Negotiations between the Aurora school district and its teacher union have failed to produce an agreement on this year’s pay, and now the groups are again calling on an outside party to help them, using a step called fact-finding.
In this step, an outside investigator researches arguments from both sides and then provides an opinion and possible recommendations. It’s part of a series of steps laid out in the teachers union contract to resolve disputes when an agreement can’t be reached. In Aurora, the results of the fact-finding report are not binding.
The two sides already went through a previous step in the process, a negotiation session with an arbitrator. That happened earlier this summer after months of negotiations produced no agreement. But it didn’t help.
It could take a few months for a fact finder to complete the investigation and submit a report. In the meantime, teachers in Aurora have not received any raise this year, and don’t know if they will.
“Our teachers aren’t feeling valued or respected,” said Linnea Reed-Ellis, president of the Aurora teachers union. “It’s definitely having an effect on morale.”
Salaries and distribution of raises at issue in Aurora
The master contract for the union in Aurora is in effect through 2028, but each year, certain issues can be renegotiated in addition to salaries. The contract bars teachers from striking while the contract is in effect, but protracted negotiations raise the risk that teachers will leave the district.
In some cases, Reed-Ellis said, teachers who recently completed a higher education credential like a master’s degree expected a pay bump as laid out in the past salary agreements, but haven’t gotten it, pending a new salary agreement.
Requesting fact-finding during union negotiations isn’t common. Jeffco went to fact finding in negotiations with support staff in 2021. According to the Colorado Educators Association, that’s been the only one in recent years. But now, besides Aurora, Sheridan is also scheduled for fact-finding in December, and Lake County in January.
According to CEA, 30 unions won an 8% or higher raise for their licensed staff this year. That includes Aurora’s neighbors, Denver and Cherry Creek.
“We have seen more activity, not just in the education sector,” said Amie Baca-Oehlert, president of CEA. “People are really at a point, and especially in education, we’re just so intensely feeling the ramifications of decades of underfunding, and we’ve been talking about it for a while, about how people are having to work two to three jobs just to make ends meet.”
“Different districts are approaching that differently,” she said.
In Aurora, part of the issue is how raises might be distributed.
The Aurora school district set aside $21.5 million in its budget to cover raises for this current school year, but wants to devote most of that to raising the district’s starting salary, which district leaders say has fallen behind neighboring districts.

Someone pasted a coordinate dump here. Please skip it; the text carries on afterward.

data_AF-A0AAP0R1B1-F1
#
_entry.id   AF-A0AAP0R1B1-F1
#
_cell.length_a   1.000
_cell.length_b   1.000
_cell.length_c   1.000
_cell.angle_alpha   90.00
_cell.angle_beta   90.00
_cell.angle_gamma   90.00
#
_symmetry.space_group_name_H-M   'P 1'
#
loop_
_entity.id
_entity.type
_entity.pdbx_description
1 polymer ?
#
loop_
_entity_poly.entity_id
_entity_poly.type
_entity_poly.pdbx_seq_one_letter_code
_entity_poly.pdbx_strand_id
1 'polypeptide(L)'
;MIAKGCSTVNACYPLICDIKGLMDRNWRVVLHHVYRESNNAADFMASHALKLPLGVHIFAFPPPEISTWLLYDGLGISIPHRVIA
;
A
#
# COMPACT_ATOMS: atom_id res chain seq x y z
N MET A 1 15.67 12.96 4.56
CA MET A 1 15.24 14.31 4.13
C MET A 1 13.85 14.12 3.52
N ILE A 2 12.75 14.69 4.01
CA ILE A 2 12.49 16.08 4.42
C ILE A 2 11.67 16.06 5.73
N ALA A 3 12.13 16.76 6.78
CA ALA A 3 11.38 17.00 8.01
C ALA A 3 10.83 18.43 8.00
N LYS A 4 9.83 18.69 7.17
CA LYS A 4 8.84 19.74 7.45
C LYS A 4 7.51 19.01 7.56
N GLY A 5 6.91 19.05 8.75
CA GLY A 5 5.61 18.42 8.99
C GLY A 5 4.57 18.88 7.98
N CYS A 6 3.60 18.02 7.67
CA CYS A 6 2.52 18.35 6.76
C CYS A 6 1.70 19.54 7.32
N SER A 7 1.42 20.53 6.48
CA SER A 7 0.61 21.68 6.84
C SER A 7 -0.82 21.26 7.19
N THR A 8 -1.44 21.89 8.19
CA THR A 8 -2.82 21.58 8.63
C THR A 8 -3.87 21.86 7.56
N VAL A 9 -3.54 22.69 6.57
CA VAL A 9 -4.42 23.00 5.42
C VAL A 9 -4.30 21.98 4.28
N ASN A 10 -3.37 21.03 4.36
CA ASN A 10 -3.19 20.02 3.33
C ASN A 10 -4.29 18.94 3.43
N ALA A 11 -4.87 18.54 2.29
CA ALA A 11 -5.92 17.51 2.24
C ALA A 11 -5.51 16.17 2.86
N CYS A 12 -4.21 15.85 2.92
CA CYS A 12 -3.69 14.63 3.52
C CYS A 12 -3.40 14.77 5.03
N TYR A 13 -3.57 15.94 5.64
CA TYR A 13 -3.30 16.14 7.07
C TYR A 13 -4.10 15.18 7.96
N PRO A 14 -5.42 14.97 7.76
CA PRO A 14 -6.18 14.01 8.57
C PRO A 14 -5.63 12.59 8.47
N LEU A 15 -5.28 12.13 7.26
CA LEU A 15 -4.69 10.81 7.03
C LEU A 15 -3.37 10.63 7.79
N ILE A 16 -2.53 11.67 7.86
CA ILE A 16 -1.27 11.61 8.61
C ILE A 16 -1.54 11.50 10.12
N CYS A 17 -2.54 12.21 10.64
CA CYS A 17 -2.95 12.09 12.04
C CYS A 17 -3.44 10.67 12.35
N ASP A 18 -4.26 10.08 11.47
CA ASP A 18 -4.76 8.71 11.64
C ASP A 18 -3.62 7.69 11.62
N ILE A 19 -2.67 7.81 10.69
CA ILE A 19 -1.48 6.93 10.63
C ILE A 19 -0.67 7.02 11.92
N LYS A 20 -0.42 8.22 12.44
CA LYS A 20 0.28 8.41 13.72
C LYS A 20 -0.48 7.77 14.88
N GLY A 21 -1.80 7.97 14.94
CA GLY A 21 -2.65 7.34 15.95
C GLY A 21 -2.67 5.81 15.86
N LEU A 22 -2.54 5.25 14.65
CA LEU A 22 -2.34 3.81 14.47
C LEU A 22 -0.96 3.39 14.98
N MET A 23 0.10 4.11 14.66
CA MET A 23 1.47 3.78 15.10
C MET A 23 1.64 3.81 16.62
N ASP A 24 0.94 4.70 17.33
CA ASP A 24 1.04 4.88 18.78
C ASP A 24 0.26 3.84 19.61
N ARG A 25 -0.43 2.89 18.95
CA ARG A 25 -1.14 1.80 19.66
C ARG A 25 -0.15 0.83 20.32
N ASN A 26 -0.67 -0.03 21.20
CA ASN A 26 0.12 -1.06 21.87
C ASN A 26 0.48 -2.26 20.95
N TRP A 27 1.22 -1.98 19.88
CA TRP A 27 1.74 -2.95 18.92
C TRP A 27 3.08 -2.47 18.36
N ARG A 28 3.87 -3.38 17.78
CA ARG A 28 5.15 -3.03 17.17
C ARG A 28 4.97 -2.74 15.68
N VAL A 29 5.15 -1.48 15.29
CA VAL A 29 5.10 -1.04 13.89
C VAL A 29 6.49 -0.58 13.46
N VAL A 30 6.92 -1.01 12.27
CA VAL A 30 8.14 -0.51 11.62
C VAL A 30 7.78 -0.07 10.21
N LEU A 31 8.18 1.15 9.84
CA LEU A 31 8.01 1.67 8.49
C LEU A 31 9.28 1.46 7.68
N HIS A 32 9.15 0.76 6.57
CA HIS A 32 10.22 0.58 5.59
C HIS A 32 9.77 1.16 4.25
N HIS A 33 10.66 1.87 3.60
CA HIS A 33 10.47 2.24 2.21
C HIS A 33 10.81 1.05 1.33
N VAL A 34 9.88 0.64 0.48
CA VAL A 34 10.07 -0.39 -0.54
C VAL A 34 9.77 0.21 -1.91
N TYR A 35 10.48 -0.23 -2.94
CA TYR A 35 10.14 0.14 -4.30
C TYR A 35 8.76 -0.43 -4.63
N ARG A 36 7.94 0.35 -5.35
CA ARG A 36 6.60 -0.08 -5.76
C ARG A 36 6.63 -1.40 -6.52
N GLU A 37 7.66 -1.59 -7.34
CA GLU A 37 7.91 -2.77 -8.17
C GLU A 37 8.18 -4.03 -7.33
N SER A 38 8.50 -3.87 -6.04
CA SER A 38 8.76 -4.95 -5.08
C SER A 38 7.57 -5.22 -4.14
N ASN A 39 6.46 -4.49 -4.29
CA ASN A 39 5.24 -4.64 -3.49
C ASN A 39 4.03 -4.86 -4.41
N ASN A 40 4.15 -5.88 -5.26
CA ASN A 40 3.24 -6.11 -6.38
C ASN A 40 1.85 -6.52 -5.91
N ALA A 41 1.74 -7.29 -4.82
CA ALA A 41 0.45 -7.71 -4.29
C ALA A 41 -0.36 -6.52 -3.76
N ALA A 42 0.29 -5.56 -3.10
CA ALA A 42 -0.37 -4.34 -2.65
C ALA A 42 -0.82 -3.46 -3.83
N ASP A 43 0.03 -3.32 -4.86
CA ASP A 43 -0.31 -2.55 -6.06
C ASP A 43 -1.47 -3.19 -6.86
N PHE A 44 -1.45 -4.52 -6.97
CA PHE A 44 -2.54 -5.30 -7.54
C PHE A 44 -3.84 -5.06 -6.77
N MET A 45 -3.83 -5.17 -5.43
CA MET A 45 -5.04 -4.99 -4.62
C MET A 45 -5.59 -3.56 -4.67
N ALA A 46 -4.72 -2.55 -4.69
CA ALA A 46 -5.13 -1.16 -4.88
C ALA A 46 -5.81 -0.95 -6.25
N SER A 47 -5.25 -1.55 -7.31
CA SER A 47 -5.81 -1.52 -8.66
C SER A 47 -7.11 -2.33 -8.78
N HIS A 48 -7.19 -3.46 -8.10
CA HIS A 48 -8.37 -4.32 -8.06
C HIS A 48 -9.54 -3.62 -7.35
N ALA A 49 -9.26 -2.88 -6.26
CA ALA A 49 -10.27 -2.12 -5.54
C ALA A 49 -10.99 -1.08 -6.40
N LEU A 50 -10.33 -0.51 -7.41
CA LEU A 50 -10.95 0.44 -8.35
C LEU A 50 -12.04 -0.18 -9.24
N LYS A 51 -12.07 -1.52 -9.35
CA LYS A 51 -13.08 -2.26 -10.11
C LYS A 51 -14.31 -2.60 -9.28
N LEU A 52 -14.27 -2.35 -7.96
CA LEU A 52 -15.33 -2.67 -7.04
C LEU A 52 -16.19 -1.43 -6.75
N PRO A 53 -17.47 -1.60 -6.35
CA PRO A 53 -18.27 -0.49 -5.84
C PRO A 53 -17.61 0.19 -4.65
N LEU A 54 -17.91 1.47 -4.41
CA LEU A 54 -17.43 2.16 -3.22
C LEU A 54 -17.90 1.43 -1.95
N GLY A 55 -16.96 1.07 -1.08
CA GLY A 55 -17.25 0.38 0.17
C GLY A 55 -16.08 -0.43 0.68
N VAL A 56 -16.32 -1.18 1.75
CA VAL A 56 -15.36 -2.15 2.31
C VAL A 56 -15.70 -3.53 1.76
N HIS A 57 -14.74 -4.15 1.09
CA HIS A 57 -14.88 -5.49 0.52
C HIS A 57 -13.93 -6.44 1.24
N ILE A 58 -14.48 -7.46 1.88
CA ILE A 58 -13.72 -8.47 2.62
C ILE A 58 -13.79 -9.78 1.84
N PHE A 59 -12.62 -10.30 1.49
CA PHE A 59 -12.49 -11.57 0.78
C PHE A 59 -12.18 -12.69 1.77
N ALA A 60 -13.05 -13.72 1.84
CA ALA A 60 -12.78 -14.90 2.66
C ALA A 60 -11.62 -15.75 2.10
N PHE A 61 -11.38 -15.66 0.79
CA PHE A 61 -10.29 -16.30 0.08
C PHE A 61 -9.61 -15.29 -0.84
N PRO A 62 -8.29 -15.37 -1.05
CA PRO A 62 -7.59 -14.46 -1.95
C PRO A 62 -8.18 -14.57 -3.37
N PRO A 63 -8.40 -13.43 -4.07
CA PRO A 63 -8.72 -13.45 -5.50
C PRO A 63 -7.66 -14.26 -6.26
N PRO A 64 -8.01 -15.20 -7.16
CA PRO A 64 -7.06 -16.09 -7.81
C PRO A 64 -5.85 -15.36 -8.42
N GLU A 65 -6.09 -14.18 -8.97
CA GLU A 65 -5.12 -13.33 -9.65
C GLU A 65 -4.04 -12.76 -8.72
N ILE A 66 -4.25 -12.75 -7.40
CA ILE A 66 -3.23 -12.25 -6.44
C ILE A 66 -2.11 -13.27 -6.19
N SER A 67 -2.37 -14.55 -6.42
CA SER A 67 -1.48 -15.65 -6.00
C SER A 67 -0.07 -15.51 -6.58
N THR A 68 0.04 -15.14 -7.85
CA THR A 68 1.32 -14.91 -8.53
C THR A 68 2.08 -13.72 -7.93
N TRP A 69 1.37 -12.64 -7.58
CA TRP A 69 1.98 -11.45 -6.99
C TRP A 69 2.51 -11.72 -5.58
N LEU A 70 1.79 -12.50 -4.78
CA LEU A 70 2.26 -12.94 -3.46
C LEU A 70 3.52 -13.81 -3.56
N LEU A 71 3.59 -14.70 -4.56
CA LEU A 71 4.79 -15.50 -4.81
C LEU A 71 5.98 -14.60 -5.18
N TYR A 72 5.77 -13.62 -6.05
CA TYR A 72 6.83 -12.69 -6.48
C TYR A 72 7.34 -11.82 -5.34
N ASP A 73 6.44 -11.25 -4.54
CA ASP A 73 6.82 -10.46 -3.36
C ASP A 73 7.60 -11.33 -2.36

In Aurora, the current starting salary for a new teacher with just a bachelor’s degree is $46,894. In Cherry Creek, by comparison, it’s $58,710, and in Denver, it’s $54,141.
Brett Johnson, chief financial officer for the Aurora school district, said that over the past 10 years, the district’s raises for veteran teachers have been double those for starting teachers. Experienced teachers — those with at least 10 years but less than 25 years in the classroom — have seen their salaries go up between $18,000 and $19,000 over the last decade, Johnson said, while the district’s starting salary has increased by just $9,500.
“I would argue that’s in part why we’re here, and why it is hard for us to fill vacancies,” Johnson said.
The district said that from 2019 through 2021, each first day of school, the district started with more than 98% of positions filled. In fall of 2022, that dropped to 94.88%, and this fall school started with 95.92% of positions filled.
Both proposals would allow teachers to get a raise for a gaining an additional year of experience and for having completed more education,
The teachers union proposal would also bump up all salaries in the salary schedule by another $5,500 per year.
Reed-Ellis, the president of the local teachers union, said that surveys of their members show that teachers don’t want uneven raises.
“The proposal from the district came back as incredibly disrespectful to our members,” Reed-Ellis said. “Veteran educators, these are the people who have stuck it out through COVID and the Great Recession and remained dedicated to our district.”
Aurora school district cites last year’s raises
Johnson, the district CFO, believes that the union proposal would cost the district four times what it has budgeted.
Johnson said that while the district does have an increase in revenue, half of it was already factored into covering the nearly 8.5% raises teachers got last year.
“School finance has a one-year lag in terms of how it applies inflation,” Johnson said. “We didn’t want to wait. We wanted to give relief for our staff one year early, so we spent one-time money of our reserves to do that.”
The district was counting on this year’s increase in revenue to maintain those increases moving forward, he said, meaning only the $21.5 million that has been budgeted is available for raises.
That is one of the factors that the union and the district disagree on.
Aurora Superintendent Michael Giles said the district is “extremely motivated to appropriately compensate our educators.”
“My greatest hope is that we’re able to sooner rather than later,” he added.
Yesenia Robles is a reporter for Chalkbeat Colorado covering K-12 school districts and multilingual education. Contact Yesenia at email@example.com.